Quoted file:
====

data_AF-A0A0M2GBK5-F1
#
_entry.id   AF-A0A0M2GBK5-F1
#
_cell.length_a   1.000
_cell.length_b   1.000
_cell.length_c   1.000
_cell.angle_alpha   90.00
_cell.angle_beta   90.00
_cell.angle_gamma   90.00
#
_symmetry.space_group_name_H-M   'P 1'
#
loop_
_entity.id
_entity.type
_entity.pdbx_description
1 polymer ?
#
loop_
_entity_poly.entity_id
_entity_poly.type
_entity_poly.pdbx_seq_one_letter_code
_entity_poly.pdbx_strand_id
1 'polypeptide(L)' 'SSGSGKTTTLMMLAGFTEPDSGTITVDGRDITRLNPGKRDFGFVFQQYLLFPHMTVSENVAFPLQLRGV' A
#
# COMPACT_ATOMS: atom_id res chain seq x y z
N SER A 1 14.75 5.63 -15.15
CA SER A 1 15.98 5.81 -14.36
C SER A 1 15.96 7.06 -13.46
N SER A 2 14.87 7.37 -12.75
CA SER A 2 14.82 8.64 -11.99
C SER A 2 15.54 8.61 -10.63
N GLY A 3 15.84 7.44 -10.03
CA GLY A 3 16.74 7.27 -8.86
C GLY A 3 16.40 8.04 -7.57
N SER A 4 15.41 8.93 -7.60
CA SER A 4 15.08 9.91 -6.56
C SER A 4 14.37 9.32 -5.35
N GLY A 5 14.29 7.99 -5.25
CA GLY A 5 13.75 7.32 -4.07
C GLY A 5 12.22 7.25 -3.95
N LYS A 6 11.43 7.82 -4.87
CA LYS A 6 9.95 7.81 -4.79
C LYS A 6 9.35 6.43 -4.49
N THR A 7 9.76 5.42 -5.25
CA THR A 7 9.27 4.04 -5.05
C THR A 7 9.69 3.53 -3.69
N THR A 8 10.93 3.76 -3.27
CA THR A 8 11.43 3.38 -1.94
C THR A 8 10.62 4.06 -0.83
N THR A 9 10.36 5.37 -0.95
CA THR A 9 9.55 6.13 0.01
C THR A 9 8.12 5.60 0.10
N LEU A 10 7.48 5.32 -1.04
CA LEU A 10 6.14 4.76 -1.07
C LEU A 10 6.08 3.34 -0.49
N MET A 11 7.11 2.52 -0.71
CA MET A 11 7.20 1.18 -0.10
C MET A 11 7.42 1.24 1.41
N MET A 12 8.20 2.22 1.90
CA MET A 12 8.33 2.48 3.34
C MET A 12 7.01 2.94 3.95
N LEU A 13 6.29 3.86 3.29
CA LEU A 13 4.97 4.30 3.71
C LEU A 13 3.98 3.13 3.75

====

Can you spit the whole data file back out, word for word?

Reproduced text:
data_AF-A0A0M2GBK5-F1
#
_entry.id   AF-A0A0M2GBK5-F1
#
_cell.length_a   1.000
_cell.length_b   1.000
_cell.length_c   1.000
_cell.angle_alpha   90.00
_cell.angle_beta   90.00
_cell.angle_gamma   90.00
#
_symmetry.space_group_name_H-M   'P 1'
#
loop_
_entity.id
_entity.type
_entity.pdbx_description
1 polymer ?
#
loop_
_entity_poly.entity_id
_entity_poly.type
_entity_poly.pdbx_seq_one_letter_code
_entity_poly.pdbx_strand_id
1 'polypeptide(L)' 'SSGSGKTTTLMMLAGFTEPDSGTITVDGRDITRLNPGKRDFGFVFQQYLLFPHMTVSENVAFPLQLRGV' A
#
# COMPACT_ATOMS: atom_id res chain seq x y z
N SER A 1 14.75 5.63 -15.15
CA SER A 1 15.98 5.81 -14.36
C SER A 1 15.96 7.06 -13.46
N SER A 2 14.87 7.37 -12.75
CA SER A 2 14.82 8.64 -11.99
C SER A 2 15.54 8.61 -10.63
N GLY A 3 15.84 7.44 -10.03
CA GLY A 3 16.74 7.27 -8.86
C GLY A 3 16.40 8.04 -7.57
N SER A 4 15.41 8.93 -7.60
CA SER A 4 15.08 9.91 -6.56
C SER A 4 14.37 9.32 -5.35
N GLY A 5 14.29 7.99 -5.25
CA GLY A 5 13.75 7.32 -4.07
C GLY A 5 12.22 7.25 -3.95
N LYS A 6 11.43 7.82 -4.87
CA LYS A 6 9.95 7.81 -4.79
C LYS A 6 9.35 6.43 -4.49
N THR A 7 9.76 5.42 -5.25
CA THR A 7 9.27 4.04 -5.05
C THR A 7 9.69 3.53 -3.69
N THR A 8 10.93 3.76 -3.27
CA THR A 8 11.43 3.38 -1.94
C THR A 8 10.62 4.06 -0.83
N THR A 9 10.36 5.37 -0.95
CA THR A 9 9.55 6.13 0.01
C THR A 9 8.12 5.60 0.10
N LEU A 10 7.48 5.32 -1.04
CA LEU A 10 6.14 4.76 -1.07
C LEU A 10 6.08 3.34 -0.49
N MET A 11 7.11 2.52 -0.71
CA MET A 11 7.20 1.18 -0.10
C MET A 11 7.42 1.24 1.41
N MET A 12 8.20 2.22 1.90
CA MET A 12 8.33 2.48 3.34
C MET A 12 7.01 2.94 3.95
N LEU A 13 6.29 3.86 3.29
CA LEU A 13 4.97 4.30 3.71
C LEU A 13 3.98 3.13 3.75